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Let $f(x)$ be a function on $[0,+\infty)$. I want to solve the following functional problem:

$\min L(f)=\int_0^{\infty} (f'(x))^2\mathrm dx$

subject to

$f(0)=a$

$f(x)\ge 0,\forall x$

$\int_0^\infty f(x)\mathrm dx=1$

where $a>0$. Is there any analytic solution to this problem? If not, an efficient numerical approximation will also be helpful.

Thanks for help!

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  • $\begingroup$ Added tag (calculus-of-variations), which is the branch of mathematics that deals with this sort of problem in general. $\endgroup$ – GEdgar Feb 24 '17 at 13:09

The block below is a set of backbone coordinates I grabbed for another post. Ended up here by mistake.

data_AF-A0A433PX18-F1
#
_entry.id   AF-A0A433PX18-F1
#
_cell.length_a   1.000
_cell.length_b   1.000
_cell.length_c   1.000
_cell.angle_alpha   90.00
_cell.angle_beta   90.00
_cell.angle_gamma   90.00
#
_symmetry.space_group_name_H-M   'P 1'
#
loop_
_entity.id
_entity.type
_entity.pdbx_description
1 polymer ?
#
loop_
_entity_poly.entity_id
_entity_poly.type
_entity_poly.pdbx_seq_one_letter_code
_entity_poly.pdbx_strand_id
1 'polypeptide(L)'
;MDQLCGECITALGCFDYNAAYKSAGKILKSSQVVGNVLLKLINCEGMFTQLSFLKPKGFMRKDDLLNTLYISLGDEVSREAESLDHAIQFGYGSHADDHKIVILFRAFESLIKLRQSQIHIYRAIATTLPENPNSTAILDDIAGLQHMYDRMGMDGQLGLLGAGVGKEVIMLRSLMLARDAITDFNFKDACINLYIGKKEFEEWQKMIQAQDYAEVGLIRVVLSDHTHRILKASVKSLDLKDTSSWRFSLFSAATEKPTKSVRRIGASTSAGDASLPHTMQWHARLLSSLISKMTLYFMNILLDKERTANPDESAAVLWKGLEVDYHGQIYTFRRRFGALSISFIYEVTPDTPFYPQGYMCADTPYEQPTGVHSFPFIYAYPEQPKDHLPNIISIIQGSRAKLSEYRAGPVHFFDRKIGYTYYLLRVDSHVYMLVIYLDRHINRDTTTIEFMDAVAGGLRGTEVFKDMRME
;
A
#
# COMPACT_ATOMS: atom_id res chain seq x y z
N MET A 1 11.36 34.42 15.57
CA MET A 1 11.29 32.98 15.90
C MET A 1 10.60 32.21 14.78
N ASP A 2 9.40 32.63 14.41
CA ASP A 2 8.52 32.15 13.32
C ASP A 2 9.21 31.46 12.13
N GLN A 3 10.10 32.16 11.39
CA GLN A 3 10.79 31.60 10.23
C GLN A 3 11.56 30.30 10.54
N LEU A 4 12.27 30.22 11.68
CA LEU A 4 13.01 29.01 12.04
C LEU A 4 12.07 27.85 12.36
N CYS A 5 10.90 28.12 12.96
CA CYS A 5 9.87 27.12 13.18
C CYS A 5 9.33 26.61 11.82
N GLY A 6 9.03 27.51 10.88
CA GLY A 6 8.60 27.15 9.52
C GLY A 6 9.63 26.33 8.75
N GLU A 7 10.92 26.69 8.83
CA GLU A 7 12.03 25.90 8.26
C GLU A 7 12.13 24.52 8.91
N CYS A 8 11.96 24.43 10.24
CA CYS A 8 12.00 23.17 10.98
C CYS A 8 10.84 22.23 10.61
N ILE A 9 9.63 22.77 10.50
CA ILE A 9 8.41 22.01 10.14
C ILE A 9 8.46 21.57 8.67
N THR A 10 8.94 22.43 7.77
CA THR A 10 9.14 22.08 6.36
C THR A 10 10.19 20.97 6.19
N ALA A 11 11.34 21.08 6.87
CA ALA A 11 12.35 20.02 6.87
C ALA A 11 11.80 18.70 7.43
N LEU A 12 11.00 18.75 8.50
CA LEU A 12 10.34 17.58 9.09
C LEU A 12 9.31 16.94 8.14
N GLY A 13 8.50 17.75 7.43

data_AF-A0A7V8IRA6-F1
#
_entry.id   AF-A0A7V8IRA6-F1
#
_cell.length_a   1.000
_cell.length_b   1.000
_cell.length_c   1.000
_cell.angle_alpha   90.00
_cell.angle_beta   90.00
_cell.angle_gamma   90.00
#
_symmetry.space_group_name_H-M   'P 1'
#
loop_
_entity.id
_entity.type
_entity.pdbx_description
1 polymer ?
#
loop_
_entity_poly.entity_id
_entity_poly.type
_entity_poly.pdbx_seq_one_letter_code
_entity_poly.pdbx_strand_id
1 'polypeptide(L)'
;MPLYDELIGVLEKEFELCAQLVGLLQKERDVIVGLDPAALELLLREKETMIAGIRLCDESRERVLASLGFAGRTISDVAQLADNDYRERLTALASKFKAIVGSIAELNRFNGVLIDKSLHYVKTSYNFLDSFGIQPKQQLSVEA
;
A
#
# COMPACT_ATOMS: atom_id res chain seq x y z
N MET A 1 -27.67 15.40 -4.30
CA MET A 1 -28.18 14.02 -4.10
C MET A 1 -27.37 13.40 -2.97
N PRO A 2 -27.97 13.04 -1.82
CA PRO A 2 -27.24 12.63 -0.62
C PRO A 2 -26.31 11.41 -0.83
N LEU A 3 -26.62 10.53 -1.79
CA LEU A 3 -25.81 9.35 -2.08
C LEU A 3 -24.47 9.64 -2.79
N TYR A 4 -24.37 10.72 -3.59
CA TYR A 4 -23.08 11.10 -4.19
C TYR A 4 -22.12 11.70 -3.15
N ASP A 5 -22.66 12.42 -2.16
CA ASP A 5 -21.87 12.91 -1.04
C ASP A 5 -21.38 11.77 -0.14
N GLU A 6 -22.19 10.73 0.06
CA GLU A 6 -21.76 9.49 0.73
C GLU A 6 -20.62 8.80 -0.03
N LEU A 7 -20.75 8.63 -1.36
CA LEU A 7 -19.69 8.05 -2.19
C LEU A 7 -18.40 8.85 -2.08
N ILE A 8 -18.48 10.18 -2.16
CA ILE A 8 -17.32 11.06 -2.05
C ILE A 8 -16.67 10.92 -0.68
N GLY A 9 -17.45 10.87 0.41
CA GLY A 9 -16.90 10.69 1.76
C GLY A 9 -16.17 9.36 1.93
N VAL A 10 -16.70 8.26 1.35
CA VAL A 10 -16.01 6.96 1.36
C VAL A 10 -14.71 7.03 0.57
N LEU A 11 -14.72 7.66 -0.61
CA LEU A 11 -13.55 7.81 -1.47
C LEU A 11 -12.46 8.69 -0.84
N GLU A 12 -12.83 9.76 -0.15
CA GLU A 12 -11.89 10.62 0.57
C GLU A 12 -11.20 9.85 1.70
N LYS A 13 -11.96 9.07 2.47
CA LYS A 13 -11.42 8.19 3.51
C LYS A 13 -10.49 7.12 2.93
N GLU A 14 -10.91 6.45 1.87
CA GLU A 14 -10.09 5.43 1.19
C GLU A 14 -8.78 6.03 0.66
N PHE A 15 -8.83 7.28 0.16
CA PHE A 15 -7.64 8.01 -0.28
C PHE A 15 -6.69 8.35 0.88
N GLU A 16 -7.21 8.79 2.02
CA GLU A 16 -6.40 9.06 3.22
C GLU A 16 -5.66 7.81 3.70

• $\begingroup$ Yes, it is. Thanks! $\endgroup$ – wwtian Feb 24 '17 at 13:12
  • $\begingroup$ The minimum will be given by $f(x)=-(a^2/2) x+a$ for $0 \leq x \leq 1/a$, $=0$ otherwise (assuming you don't need $C^2$). It is straightforward to show that this is in fact the minimum. If you do need $C^2$, then there is no minimum. $\endgroup$ – Paul Feb 24 '17 at 13:18
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    $\begingroup$ @Paul: this doesn't fulfill the last constraint. $\endgroup$ – Yves Daoust Feb 24 '17 at 13:20
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    $\begingroup$ @Paul It would be great to see how you arrived to this conclusion - teach a man how to fish... $\endgroup$ – TZakrevskiy Feb 24 '17 at 13:21

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